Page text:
OTTAWA–The federal government plans to try to revive the extraordinary anti-terror police powers of "investigative hearings" and "preventive arrest" as part of a series of major security initiatives.
The initiatives will also include legislation to replace the overly secretive "security certificate" regime used to deport terror suspects that was criticized in a recent Supreme Court of Canada ruling.
The government also says it will expand the ability of Canada's spy agency – the Canadian Security Intelligence Service (CSIS) – to do covert foreign intelligence gathering abroad.
The two police powers slated for revival were killed by the opposition parties in a parliamentary vote in February.
In an appearance yesterday before the House of Commons public safety committee, Public Safety Minister Stockwell Day indicated he has drafted a bill to reinstate those powers.
The Bloc Québécois and the NDP opposed any extension of the 2001 Anti-Terrorism Act's sections that were automatically "sunsetted" in February, and both party critics said in interviews yesterday they continue to oppose the measures.
They say the Criminal Code has enough provisions to deal with terrorist conspiracies, without resorting to "investigative hearings" that compel testimony or "preventive arrests" that seek to detain or restrain terror suspects without charge.
Day didn't get his way so now he's trying again. The only useful part of his bill is the call for parliamentary oversight of Canada's security services. And, as for expanding CSIS' powers to spy overseas, CSIS director Jim Judd had this to say:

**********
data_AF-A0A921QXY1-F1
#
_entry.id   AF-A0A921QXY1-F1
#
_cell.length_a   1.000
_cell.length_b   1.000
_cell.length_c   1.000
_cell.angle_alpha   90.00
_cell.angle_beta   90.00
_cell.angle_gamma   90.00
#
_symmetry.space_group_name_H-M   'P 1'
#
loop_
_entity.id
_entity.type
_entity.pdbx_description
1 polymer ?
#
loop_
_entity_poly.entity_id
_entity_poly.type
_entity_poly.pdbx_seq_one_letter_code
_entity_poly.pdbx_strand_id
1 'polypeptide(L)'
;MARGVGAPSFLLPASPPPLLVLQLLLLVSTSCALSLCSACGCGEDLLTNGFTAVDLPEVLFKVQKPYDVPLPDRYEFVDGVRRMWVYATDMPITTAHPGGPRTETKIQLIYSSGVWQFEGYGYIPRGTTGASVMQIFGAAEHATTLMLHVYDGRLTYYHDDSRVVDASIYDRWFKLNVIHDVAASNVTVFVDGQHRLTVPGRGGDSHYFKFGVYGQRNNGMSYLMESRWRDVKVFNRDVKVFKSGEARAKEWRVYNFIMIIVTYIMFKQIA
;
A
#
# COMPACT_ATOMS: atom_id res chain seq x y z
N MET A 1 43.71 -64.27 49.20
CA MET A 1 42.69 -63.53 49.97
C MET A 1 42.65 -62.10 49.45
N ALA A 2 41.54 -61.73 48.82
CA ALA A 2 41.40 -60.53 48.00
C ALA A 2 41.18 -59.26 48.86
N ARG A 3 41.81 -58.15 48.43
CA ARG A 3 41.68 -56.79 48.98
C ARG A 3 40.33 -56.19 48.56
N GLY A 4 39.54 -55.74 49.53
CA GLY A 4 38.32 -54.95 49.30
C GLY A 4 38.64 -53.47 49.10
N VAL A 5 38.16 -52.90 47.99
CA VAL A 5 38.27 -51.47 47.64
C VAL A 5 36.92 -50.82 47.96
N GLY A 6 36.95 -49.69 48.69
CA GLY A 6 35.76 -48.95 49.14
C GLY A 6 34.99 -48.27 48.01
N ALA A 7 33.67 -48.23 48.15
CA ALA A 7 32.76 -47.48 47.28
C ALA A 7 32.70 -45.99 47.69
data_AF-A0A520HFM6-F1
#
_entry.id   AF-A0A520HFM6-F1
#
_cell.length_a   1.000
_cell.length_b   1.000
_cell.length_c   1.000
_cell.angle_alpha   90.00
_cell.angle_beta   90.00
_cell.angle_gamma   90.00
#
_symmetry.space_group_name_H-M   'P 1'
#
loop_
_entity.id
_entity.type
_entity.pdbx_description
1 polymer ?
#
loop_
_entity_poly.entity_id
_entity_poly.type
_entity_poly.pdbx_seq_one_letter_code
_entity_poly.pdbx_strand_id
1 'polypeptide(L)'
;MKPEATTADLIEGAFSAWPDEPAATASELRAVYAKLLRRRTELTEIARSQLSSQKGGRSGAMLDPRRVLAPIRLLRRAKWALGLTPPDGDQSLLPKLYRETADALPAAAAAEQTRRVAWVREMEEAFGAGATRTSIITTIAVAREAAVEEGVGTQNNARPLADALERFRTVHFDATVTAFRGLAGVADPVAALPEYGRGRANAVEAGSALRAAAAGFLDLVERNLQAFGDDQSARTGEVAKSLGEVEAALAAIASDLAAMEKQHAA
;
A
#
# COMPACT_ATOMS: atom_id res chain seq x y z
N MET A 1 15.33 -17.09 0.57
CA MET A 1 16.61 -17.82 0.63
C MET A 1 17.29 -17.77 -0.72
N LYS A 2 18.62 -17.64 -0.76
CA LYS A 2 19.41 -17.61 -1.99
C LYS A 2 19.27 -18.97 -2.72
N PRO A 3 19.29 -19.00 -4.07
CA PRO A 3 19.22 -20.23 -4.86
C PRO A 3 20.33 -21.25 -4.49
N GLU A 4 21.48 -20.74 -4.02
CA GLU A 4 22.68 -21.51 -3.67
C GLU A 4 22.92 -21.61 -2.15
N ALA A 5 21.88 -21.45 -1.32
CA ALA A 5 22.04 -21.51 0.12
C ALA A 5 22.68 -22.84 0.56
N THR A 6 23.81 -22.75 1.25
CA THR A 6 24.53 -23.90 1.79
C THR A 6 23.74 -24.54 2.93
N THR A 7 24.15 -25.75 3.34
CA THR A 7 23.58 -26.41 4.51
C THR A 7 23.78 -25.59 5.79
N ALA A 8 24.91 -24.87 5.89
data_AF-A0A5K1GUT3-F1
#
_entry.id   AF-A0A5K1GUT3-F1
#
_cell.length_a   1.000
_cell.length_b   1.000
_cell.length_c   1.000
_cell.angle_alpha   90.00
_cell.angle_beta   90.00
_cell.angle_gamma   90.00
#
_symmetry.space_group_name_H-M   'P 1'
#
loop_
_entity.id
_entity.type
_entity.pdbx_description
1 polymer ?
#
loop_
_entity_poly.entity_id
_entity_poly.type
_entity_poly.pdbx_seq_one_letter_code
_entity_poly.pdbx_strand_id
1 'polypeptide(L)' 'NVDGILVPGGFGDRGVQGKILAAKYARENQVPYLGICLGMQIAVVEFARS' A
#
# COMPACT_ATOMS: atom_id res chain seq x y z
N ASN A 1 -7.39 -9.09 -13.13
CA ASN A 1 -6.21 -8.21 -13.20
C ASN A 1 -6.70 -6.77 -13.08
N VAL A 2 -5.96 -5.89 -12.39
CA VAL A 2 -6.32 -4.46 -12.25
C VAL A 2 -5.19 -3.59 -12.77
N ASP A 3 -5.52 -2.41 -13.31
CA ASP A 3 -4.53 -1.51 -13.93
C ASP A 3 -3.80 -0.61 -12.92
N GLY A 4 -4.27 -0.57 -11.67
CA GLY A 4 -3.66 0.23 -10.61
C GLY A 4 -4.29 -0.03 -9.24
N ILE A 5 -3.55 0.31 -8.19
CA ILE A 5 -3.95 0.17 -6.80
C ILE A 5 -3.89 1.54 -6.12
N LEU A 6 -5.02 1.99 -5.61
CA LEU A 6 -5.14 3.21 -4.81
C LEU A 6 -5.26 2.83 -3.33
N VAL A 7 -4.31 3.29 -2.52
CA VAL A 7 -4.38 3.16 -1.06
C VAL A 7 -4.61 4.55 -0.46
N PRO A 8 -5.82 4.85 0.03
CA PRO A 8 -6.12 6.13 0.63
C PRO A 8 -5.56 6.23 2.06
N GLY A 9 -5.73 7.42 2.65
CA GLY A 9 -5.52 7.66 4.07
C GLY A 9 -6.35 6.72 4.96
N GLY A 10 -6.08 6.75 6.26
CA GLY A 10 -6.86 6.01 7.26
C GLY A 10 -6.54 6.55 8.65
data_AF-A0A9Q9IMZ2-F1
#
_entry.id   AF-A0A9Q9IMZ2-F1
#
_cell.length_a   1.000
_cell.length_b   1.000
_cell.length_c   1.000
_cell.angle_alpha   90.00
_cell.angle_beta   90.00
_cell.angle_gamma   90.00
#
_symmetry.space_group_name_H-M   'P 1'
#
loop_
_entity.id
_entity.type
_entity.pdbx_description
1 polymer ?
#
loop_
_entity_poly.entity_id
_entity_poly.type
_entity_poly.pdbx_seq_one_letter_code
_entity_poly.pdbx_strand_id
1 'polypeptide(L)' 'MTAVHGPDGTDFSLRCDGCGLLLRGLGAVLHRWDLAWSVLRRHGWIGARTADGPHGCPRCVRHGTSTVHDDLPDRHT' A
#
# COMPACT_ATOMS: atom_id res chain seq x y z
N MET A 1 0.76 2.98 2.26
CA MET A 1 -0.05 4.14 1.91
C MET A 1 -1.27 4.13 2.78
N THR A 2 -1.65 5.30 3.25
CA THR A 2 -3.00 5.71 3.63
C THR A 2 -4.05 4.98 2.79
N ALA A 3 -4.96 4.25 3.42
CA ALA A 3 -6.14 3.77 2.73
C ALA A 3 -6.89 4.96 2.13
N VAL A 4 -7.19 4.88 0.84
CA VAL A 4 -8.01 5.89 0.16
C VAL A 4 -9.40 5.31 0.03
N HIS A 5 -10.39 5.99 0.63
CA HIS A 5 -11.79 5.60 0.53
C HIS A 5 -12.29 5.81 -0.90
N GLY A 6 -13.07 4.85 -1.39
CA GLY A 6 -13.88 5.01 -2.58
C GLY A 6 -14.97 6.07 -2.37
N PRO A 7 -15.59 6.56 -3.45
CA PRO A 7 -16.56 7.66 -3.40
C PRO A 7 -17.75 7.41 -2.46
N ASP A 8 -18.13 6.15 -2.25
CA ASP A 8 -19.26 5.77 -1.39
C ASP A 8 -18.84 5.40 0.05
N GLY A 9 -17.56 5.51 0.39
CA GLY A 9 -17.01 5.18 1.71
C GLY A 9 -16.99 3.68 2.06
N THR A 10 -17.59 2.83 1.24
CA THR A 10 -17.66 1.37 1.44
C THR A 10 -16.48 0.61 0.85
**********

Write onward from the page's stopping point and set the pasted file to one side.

He said domestic intelligence operations are done under political oversight, court oversight, external review oversight, "whereas if you are engaged in foreign espionage outside of the country, chances are you are breaking someone's laws – not your own, but probably your host country."
Judd was blunt about CSIS' current efforts.
"To cut to the chase, in terms of conducting what is normally referred to as `human intelligence collection' overseas regarding the political, economic or other activities of foreign governments, we do not do that. Most of our allies do that and have been doing it for a long time."
Day's plan to expand CSIS' mandate – to give it the kind of powers now enjoyed by the CIA in the United States, or MI-6 in Britain – comes as a Senate committee is in the midst of studying the issue.
Is there a reason for the rush by Day to get his bill passed? What exactly does he have against studying the issue? And why is he trying to restore practices that have been rejected by parliament?
We must not allow Canada to become America Lite. Anyone who watched Frontline's Spying on the Home Front on PBS Tuesday nite (video online as well) should have felt chills running up their spine after being reminded once again about how abuses of executive authority in the name of "security" ought to be exposed and questioned at every turn.